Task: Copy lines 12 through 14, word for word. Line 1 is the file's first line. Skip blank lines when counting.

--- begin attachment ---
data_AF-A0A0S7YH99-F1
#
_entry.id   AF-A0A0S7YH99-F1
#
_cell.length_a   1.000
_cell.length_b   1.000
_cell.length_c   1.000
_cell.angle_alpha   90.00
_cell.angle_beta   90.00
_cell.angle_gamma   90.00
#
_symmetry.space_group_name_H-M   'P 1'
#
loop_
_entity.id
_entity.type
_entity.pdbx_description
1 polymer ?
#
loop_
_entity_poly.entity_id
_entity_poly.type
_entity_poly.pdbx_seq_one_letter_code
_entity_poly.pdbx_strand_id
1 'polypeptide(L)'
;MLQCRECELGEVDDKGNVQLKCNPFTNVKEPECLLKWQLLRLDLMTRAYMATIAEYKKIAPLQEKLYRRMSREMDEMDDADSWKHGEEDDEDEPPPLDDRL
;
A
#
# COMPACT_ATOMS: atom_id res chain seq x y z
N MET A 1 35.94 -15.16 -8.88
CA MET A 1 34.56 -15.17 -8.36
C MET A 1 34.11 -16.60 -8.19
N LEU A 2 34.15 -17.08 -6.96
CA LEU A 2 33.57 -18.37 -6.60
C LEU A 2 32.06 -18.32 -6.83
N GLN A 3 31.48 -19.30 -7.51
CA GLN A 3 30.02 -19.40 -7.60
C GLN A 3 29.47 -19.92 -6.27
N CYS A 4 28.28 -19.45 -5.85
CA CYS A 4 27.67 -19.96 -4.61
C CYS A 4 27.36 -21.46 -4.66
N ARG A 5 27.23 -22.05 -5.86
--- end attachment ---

_symmetry.space_group_name_H-M   'P 1'
#
loop_